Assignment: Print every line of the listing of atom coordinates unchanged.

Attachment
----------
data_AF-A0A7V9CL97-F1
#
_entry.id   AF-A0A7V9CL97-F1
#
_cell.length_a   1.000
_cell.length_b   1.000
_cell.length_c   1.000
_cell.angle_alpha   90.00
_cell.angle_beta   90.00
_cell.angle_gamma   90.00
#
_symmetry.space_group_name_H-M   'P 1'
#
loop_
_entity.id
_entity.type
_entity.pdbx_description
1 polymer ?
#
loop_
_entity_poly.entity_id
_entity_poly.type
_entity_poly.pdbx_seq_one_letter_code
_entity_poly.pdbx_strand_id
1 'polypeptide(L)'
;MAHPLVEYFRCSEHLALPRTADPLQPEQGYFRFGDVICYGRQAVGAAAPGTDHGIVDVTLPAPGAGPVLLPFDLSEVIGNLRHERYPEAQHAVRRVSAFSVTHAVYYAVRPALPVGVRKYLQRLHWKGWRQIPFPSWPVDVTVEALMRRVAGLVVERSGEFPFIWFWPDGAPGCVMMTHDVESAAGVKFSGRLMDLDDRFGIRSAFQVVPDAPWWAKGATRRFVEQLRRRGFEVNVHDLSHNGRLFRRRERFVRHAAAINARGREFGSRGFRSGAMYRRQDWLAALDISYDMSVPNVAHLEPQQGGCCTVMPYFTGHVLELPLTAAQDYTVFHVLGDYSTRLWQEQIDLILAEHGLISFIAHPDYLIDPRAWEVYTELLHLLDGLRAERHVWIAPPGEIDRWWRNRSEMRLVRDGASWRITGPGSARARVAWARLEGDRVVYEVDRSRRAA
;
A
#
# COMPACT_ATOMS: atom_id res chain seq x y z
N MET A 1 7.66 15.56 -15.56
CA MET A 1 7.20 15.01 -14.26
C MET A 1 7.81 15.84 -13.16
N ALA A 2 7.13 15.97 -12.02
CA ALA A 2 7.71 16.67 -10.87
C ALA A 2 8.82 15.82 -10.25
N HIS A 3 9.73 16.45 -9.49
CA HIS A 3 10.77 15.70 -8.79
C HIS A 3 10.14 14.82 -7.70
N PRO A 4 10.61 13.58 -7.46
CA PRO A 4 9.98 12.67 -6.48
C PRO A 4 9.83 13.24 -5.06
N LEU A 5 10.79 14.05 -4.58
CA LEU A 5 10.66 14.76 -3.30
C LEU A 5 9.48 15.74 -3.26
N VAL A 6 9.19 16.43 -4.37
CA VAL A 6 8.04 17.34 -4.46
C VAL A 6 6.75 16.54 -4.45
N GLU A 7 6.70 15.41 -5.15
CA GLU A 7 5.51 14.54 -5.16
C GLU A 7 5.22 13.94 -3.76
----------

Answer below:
data_AF-A0A7V9CL97-F1
#
_entry.id   AF-A0A7V9CL97-F1
#
_cell.length_a   1.000
_cell.length_b   1.000
_cell.length_c   1.000
_cell.angle_alpha   90.00
_cell.angle_beta   90.00
_cell.angle_gamma   90.00
#
_symmetry.space_group_name_H-M   'P 1'
#
loop_
_entity.id
_entity.type
_entity.pdbx_description
1 polymer ?
#
loop_
_entity_poly.entity_id
_entity_poly.type
_entity_poly.pdbx_seq_one_letter_code
_entity_poly.pdbx_strand_id
1 'polypeptide(L)'
;MAHPLVEYFRCSEHLALPRTADPLQPEQGYFRFGDVICYGRQAVGAAAPGTDHGIVDVTLPAPGAGPVLLPFDLSEVIGNLRHERYPEAQHAVRRVSAFSVTHAVYYAVRPALPVGVRKYLQRLHWKGWRQIPFPSWPVDVTVEALMRRVAGLVVERSGEFPFIWFWPDGAPGCVMMTHDVESAAGVKFSGRLMDLDDRFGIRSAFQVVPDAPWWAKGATRRFVEQLRRRGFEVNVHDLSHNGRLFRRRERFVRHAAAINARGREFGSRGFRSGAMYRRQDWLAALDISYDMSVPNVAHLEPQQGGCCTVMPYFTGHVLELPLTAAQDYTVFHVLGDYSTRLWQEQIDLILAEHGLISFIAHPDYLIDPRAWEVYTELLHLLDGLRAERHVWIAPPGEIDRWWRNRSEMRLVRDGASWRITGPGSARARVAWARLEGDRVVYEVDRSRRAA
;
A
#
# COMPACT_ATOMS: atom_id res chain seq x y z
N MET A 1 7.66 15.56 -15.56
CA MET A 1 7.20 15.01 -14.26
C MET A 1 7.81 15.84 -13.16
N ALA A 2 7.13 15.97 -12.02
CA ALA A 2 7.71 16.67 -10.87
C ALA A 2 8.82 15.82 -10.25
N HIS A 3 9.73 16.45 -9.49
CA HIS A 3 10.77 15.70 -8.79
C HIS A 3 10.14 14.82 -7.70
N PRO A 4 10.61 13.58 -7.46
CA PRO A 4 9.98 12.67 -6.48
C PRO A 4 9.83 13.24 -5.06
N LEU A 5 10.79 14.05 -4.58
CA LEU A 5 10.66 14.76 -3.30
C LEU A 5 9.48 15.74 -3.26
N VAL A 6 9.19 16.43 -4.37
CA VAL A 6 8.04 17.34 -4.46
C VAL A 6 6.75 16.54 -4.45
N GLU A 7 6.70 15.41 -5.15
CA GLU A 7 5.51 14.54 -5.16
C GLU A 7 5.22 13.94 -3.76